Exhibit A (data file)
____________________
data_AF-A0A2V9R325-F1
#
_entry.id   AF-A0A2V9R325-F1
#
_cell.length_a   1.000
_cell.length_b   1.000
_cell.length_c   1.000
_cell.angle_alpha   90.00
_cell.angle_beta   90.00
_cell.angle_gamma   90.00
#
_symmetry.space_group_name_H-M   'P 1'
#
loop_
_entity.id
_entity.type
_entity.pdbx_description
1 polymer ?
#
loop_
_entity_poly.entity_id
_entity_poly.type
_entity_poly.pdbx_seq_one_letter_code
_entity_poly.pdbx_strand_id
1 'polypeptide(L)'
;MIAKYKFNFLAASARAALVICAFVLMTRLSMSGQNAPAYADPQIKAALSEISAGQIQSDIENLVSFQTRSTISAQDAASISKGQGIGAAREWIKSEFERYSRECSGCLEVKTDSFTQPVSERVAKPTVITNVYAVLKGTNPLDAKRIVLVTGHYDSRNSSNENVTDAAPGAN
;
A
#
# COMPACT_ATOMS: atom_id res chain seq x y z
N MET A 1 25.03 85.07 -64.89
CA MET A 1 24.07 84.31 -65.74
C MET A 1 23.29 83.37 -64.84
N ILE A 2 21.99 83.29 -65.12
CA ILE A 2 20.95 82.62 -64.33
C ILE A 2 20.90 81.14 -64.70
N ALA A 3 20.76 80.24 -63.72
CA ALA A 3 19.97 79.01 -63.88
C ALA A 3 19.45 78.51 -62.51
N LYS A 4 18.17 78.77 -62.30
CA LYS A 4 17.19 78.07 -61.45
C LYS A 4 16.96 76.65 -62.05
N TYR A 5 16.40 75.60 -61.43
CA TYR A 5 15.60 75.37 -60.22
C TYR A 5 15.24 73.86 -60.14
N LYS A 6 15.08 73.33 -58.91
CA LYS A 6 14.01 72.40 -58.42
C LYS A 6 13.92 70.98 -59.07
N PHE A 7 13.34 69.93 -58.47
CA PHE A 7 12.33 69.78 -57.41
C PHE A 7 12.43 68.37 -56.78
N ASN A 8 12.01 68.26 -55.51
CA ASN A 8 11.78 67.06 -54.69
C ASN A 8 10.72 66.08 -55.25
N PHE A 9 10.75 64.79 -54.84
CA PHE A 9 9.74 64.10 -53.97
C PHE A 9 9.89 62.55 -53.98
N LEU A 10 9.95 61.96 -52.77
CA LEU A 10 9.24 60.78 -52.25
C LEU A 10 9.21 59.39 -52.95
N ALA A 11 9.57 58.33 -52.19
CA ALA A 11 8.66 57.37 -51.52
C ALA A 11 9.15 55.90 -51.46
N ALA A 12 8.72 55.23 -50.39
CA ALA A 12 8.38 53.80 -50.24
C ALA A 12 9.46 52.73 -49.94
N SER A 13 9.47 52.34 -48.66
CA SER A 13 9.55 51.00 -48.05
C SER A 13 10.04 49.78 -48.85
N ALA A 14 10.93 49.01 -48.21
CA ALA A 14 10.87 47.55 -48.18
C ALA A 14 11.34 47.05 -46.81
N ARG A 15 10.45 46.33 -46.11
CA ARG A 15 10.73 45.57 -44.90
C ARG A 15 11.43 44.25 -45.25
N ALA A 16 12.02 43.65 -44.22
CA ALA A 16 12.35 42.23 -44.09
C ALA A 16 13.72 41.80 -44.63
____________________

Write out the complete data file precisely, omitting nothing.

data_AF-A0A2V9R325-F1
#
_entry.id   AF-A0A2V9R325-F1
#
_cell.length_a   1.000
_cell.length_b   1.000
_cell.length_c   1.000
_cell.angle_alpha   90.00
_cell.angle_beta   90.00
_cell.angle_gamma   90.00
#
_symmetry.space_group_name_H-M   'P 1'
#
loop_
_entity.id
_entity.type
_entity.pdbx_description
1 polymer ?
#
loop_
_entity_poly.entity_id
_entity_poly.type
_entity_poly.pdbx_seq_one_letter_code
_entity_poly.pdbx_strand_id
1 'polypeptide(L)'
;MIAKYKFNFLAASARAALVICAFVLMTRLSMSGQNAPAYADPQIKAALSEISAGQIQSDIENLVSFQTRSTISAQDAASISKGQGIGAAREWIKSEFERYSRECSGCLEVKTDSFTQPVSERVAKPTVITNVYAVLKGTNPLDAKRIVLVTGHYDSRNSSNENVTDAAPGAN
;
A
#
# COMPACT_ATOMS: atom_id res chain seq x y z
N MET A 1 25.03 85.07 -64.89
CA MET A 1 24.07 84.31 -65.74
C MET A 1 23.29 83.37 -64.84
N ILE A 2 21.99 83.29 -65.12
CA ILE A 2 20.95 82.62 -64.33
C ILE A 2 20.90 81.14 -64.70
N ALA A 3 20.76 80.24 -63.72
CA ALA A 3 19.97 79.01 -63.88
C ALA A 3 19.45 78.51 -62.51
N LYS A 4 18.17 78.77 -62.30
CA LYS A 4 17.19 78.07 -61.45
C LYS A 4 16.96 76.65 -62.05
N TYR A 5 16.40 75.60 -61.43
CA TYR A 5 15.60 75.37 -60.22
C TYR A 5 15.24 73.86 -60.14
N LYS A 6 15.08 73.33 -58.91
CA LYS A 6 14.01 72.40 -58.42
C LYS A 6 13.92 70.98 -59.07
N PHE A 7 13.34 69.93 -58.47
CA PHE A 7 12.33 69.78 -57.41
C PHE A 7 12.43 68.37 -56.78
N ASN A 8 12.01 68.26 -55.51
CA ASN A 8 11.78 67.06 -54.69
C ASN A 8 10.72 66.08 -55.25
N PHE A 9 10.75 64.79 -54.84
CA PHE A 9 9.74 64.10 -53.97
C PHE A 9 9.89 62.55 -53.98
N LEU A 10 9.95 61.96 -52.77
CA LEU A 10 9.24 60.78 -52.25
C LEU A 10 9.21 59.39 -52.95
N ALA A 11 9.57 58.33 -52.19
CA ALA A 11 8.66 57.37 -51.52
C ALA A 11 9.15 55.90 -51.46
N ALA A 12 8.72 55.23 -50.39
CA ALA A 12 8.38 53.80 -50.24
C ALA A 12 9.46 52.73 -49.94
N SER A 13 9.47 52.34 -48.66
CA SER A 13 9.55 51.00 -48.05
C SER A 13 10.04 49.78 -48.85
N ALA A 14 10.93 49.01 -48.21
CA ALA A 14 10.87 47.55 -48.18
C ALA A 14 11.34 47.05 -46.81
N ARG A 15 10.45 46.33 -46.11
CA ARG A 15 10.73 45.57 -44.90
C ARG A 15 11.43 44.25 -45.25
N ALA A 16 12.02 43.65 -44.22
CA ALA A 16 12.35 42.23 -44.09
C ALA A 16 13.72 41.80 -44.63